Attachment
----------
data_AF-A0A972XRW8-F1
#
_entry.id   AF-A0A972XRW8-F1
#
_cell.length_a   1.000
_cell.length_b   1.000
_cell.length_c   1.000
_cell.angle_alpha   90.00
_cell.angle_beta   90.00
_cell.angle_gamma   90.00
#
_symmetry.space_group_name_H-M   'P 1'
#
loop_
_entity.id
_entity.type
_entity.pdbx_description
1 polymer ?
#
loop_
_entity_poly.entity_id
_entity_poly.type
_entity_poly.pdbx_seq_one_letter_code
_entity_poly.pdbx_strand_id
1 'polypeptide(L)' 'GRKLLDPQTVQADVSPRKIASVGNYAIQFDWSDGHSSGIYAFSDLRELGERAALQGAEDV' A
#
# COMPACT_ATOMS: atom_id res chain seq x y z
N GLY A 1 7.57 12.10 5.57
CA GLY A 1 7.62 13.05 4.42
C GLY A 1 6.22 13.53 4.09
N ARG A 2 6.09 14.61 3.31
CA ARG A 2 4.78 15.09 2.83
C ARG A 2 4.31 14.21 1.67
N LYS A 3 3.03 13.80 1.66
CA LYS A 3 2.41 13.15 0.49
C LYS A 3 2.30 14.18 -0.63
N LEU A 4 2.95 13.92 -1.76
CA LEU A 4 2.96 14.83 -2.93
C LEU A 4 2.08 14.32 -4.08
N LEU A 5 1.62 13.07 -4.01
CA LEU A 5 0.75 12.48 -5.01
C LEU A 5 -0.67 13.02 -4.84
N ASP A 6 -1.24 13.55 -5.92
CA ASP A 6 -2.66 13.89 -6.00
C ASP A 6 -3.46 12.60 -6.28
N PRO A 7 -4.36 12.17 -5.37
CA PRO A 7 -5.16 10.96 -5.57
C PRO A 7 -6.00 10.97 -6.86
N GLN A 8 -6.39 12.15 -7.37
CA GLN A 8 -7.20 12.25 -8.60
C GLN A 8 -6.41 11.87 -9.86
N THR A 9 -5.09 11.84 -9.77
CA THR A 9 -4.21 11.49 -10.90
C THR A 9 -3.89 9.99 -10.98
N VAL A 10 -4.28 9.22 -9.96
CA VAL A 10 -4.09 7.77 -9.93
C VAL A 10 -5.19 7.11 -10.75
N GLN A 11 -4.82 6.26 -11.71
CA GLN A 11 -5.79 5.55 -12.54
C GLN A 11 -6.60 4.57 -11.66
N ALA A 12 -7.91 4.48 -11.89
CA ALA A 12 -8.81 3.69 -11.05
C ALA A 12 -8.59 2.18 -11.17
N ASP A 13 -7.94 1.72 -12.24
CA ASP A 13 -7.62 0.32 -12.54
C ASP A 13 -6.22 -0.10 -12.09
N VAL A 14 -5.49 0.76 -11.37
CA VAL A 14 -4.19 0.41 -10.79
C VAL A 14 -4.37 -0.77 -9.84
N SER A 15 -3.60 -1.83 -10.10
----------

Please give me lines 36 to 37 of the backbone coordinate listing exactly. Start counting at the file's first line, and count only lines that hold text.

C LYS A 3 2.30 14.18 -0.63
N LEU A 4 2.95 13.92 -1.76